In men, an awareness of the aging process typically begins sometime in the mid-to-late thirties. The masculine physique may then begin to fade as the abdomen protrudes slightly but surely, the formerly chiseled face softens, energy and sex drive decline, motivation wanes, and sleep goes from an afterthought to a dire necessity.
Well documented in the scientific literature is that the male aging process is associated with declining testosterone levels. It is also well established that testosterone plays a prominent role in many physiologic processes that impart good health. Testosterone’s decline is associated with loss of muscle strength and bone density, declining sex drive, poorly sustained energy, and diminished emotional health—including poor mood and outlook or even outright depression.
Low dose Naltrexone, or LDN, has unique properties unlike any other medication. Further, it’s not what it does while in your body, but what it triggers after it is metabolized within four hours of taking it. First, a little background.
Thyroid hormone synthesis and then its delivery to where it needs to go is a complex process that involves various stages. The process begins in the brain and ends in the cells and tissues if all goes right. That’s a big “if” when you’re someone struggling with energy, brain fog, weight problems, or insulin resistance.
One of the most important screening tests we’ve been using for years at The Lamkin Clinic is the fasting insulin test. Insulin is the hormone produced by the pancreas to drive glucose (blood sugar) into the cells to produce energy. The test simply involves an overnight fast, then a blood test the next morning to check insulin levels. In a fasting state (no food or drink except water), one should not produce much insulin. Optimal levels are under 5 uIU/ml. A value above 5 indicates there are changes occurring at the cellular level that increase risk for diabetes, and this usually starts with and progresses toward weight gain.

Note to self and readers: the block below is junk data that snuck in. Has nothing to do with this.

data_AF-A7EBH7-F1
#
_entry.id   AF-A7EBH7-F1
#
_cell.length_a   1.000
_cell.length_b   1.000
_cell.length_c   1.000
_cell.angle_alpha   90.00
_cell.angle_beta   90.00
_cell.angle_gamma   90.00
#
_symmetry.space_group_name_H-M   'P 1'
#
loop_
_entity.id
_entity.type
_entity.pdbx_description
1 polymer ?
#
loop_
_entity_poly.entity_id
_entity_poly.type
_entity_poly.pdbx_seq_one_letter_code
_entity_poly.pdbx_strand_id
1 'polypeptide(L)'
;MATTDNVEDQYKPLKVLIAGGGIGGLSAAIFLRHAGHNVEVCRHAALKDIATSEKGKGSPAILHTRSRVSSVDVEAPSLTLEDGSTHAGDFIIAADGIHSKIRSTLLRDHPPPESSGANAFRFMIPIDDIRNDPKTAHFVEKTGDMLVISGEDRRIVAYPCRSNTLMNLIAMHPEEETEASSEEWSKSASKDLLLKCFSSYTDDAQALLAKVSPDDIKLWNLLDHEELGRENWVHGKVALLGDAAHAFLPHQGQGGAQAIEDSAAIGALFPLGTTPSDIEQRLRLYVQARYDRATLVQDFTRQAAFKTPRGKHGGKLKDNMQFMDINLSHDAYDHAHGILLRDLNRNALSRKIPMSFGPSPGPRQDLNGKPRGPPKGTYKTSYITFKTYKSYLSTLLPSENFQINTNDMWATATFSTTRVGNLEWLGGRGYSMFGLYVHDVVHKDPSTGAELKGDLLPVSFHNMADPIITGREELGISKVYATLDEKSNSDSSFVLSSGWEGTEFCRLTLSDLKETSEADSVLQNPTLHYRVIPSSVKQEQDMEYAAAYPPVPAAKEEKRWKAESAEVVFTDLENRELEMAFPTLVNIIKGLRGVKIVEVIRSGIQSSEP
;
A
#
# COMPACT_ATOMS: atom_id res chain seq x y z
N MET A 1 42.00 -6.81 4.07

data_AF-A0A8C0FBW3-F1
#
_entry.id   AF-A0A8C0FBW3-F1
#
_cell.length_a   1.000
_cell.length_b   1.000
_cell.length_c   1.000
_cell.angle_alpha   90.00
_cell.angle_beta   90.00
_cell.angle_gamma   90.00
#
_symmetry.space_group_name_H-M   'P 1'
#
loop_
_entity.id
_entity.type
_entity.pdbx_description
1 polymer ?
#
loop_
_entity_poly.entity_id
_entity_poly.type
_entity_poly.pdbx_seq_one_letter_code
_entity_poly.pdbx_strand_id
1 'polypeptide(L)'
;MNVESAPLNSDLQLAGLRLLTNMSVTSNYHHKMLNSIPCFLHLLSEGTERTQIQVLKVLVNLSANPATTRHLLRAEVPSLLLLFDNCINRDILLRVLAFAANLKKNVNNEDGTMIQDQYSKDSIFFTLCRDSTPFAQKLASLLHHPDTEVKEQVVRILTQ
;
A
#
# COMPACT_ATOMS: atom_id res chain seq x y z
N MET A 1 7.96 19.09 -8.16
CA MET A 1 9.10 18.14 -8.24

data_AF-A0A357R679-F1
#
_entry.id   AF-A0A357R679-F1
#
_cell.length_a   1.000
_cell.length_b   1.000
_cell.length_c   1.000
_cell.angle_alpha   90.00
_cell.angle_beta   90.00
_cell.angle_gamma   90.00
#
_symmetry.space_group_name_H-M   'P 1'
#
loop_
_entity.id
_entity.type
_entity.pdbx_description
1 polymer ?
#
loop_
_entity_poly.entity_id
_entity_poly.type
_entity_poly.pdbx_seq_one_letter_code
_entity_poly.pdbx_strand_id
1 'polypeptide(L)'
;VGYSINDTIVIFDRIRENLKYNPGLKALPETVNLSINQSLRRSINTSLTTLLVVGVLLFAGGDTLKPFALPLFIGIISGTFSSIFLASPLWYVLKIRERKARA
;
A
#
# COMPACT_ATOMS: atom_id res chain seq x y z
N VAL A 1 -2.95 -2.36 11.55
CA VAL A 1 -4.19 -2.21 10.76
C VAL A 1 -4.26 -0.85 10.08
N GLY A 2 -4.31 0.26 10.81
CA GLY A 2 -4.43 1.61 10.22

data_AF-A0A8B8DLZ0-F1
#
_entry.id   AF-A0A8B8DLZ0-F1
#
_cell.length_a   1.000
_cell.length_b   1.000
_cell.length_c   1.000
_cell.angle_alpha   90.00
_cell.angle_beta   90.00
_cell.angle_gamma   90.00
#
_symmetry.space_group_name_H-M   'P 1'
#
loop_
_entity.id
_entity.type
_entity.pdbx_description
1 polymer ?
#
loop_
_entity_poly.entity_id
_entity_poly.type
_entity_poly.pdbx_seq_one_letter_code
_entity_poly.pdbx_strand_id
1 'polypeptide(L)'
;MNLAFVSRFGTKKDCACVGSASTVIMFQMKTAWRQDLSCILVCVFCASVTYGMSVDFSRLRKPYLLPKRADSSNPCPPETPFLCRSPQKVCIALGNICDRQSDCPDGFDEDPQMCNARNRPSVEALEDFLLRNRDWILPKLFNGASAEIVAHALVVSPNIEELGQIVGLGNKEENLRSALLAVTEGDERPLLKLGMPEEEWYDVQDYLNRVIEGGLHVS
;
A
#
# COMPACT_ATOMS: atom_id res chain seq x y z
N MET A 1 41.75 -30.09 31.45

Sleep is one of those wonderfully built-in processes that we all need to maintain health. Everyone on the planet needs regular quality deep sleep (usually between seven to eight hours) for optimal health. If you don’t get consistent deep and restful sleep, which can occur for a variety of reasons, there are serious health consequences.
A couple weeks ago in the first part of this series, I wanted to achieve two goals. First, to help people with insulin resistance or type II diabetes understand what “insulin resistance” really is. Second, I wanted to let people know they don’t have to continue to take prescription medications the rest of their lives.
Most people consider the predominant form of diabetes (type II) to be merely a condition of high blood sugar, but the fundamental problem is much more complex (and interesting). I’ve always felt it important for my patients to understand what is actually going on in their body. As such, one of the talking points for those that are found to have developed insulin resistance (the fundamental problem with type II diabetes) is what’s going on at a deeper level.
Unfortunately, being overweight has a stigma associated with it. The opinionated and under-informed often think that overweight people are gluttonous, don’t have any discipline, or are just lazy.
Thyroid hormones provide our body’s cells and tissues with important signals that affect just about every aspect of health. Every system in our bodies is affected, including our nervous and immune systems and also the functions that regulate temperature and metabolic rate.